Affairs News For those willing to accept help
Extramarital Affairs News
7th November 2003
For those willing to accept help, change is possible
DEAR DR. BROTHERS: Can a husband who's a womanizer, who thinks nothing of extramarital flings, ever really change? I'm married to one who's been an expert at cheating ever since I met him 15 years ago. Of course, I didn't know that when we got married. I was young and stupid, I guess. Five years ago, I left him and we went our separate ways, but partly because of our families and our religion, we never actually divorced. He's back in town again, and we've had two dinners together. He apologized for all the hell he's put me through, and he now wants to get back together again. I'm not involved with anyone else now, and in a strange way I've missed him and think I still love him. He swears he's changed, but I'm wondering if this is even possible for someone like him. -- V.N.
DEAR V.N.: Although changing old habits and lifestyles isn't easy, it certainly is possible if a person gains awareness of patterns that were destructive to him- or herself and others. Change is so difficult that to accomplish it, most individuals not only need to be highly motivated, but also need help from therapy or a support group. It sounds as if your husband might have been using sex and promiscuity in an attempt to escape from some other emotional problems that he wasn't ready or willing to face.
That is usually the case with those addicted to sex or any other self-destructive behavior, but there is treatment, and anyone willing to accept it is capable of change.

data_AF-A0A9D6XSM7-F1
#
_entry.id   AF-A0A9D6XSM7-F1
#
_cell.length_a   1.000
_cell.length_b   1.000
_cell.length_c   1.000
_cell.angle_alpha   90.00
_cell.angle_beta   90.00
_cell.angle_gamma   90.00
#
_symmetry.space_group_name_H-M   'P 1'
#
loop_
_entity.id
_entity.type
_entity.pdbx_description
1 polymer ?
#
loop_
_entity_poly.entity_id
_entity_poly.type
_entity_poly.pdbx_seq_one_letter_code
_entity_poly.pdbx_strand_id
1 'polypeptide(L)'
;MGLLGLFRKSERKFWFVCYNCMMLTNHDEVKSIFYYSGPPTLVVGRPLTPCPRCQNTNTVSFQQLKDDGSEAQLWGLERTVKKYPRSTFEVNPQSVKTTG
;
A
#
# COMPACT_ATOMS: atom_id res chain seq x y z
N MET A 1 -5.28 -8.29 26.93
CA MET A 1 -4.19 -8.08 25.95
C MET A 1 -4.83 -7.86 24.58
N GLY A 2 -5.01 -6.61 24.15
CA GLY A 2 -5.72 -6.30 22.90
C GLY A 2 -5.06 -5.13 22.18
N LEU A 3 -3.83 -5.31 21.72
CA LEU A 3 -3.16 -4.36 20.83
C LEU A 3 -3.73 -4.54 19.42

DEAR DR. BROTHERS: I'm a guy in my mid-40s, and so far, I've avoided marriage. I guess the idea of commitment has always scared me, and because I'm fortunate in having received a super education that has helped me get good jobs all along the way, I'm now successful and very happy in my career. The problem is not a shortage of women. In fact, right now I'm with someone I love very much, who's been putting on the pressure to get married, but I'm still holding back. I love children, though, and I don't want to lose her. She's only in her late 20s, so what's the rush? We can both wait -- or is it time for me to take the leap, do you think? -- W.H.
DEAR W.H.: I do. If you love this woman, I wouldn't procrastinate about setting a date for the wedding. Men, too, have a biological clock, and although both sexes today can expect to start families somewhat later in life, it isn't wise to wait too long. Of course, there are men whose sperm can produce healthy babies very late in life, but the chances are far better if men, as well as women, don't ignore the ticking clock too long.
Even though age seems to have become increasingly irrelevant in the sense that the stereotypic attitudes about intellectual, psychological or physical age have ceased to apply, it's better if you're not in your 80s when your children are teenagers.
Extramarital Dating since 2001
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30% Of online relationships evolve into real-world affairs. A staggering nine out of ten women in relationships flirt with other men on a regular basis.
Studies find that more than one in five men do have an affair, at least once in their lives, and that women are now about as likely as men to cross the line.
In a survey 98 percent of men and 80 percent of women surveyed reported having a sexual fantasy about someone other than their partner at least once in the previous two months. Bet it's higher!
The chance of a married woman having an affair is highest within the first five years and falls off gradually with time. Men have two high-risk phases, one during the first five years of marriage and, the second, after the 20th year.